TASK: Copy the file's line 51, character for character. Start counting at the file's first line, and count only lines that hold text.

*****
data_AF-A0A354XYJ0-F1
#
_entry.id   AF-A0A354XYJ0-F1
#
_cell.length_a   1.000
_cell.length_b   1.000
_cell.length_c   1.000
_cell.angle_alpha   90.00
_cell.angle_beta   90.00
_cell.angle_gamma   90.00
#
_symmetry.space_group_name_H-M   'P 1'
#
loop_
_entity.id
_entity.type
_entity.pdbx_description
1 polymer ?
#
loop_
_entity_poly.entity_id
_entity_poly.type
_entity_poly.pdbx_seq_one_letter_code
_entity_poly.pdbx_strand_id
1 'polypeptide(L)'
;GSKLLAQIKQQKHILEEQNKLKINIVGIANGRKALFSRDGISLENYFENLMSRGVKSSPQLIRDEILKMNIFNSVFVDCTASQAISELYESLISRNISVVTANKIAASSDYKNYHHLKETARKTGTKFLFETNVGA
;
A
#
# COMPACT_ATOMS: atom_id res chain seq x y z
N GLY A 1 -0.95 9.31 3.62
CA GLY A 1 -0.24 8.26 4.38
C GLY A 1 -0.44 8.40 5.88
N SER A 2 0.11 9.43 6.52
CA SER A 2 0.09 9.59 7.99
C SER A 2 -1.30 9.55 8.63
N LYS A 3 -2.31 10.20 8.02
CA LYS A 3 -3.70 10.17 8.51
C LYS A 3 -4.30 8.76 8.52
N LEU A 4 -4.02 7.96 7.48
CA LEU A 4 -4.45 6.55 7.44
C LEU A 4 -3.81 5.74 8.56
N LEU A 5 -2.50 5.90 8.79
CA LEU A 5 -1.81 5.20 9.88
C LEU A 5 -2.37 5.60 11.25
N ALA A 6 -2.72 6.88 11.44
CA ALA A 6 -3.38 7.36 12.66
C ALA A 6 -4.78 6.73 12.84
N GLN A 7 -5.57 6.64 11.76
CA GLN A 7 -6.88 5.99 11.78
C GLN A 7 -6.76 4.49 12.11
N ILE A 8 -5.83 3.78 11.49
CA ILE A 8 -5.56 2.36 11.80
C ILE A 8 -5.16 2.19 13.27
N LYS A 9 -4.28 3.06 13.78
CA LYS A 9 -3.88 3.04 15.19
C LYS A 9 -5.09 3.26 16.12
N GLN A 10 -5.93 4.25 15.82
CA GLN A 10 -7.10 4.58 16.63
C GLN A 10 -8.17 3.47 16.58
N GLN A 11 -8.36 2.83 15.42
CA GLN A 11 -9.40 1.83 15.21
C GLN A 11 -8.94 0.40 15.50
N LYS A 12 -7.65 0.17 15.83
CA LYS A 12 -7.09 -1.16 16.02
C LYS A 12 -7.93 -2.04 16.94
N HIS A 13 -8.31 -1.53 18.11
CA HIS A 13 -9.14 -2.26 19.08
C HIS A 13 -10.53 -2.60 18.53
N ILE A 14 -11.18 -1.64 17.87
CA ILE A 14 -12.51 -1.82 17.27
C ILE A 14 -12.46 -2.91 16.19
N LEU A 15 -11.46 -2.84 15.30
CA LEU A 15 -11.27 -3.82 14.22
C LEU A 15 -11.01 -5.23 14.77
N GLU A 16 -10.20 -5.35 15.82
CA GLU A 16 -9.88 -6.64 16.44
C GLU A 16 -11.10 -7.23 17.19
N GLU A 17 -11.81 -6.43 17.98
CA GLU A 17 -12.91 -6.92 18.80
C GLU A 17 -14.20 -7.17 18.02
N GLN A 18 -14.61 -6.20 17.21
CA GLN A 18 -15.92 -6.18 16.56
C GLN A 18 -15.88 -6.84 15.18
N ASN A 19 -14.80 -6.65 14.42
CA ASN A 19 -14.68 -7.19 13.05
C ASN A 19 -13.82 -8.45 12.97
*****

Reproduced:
C GLN A 7 -6.76 4.49 12.11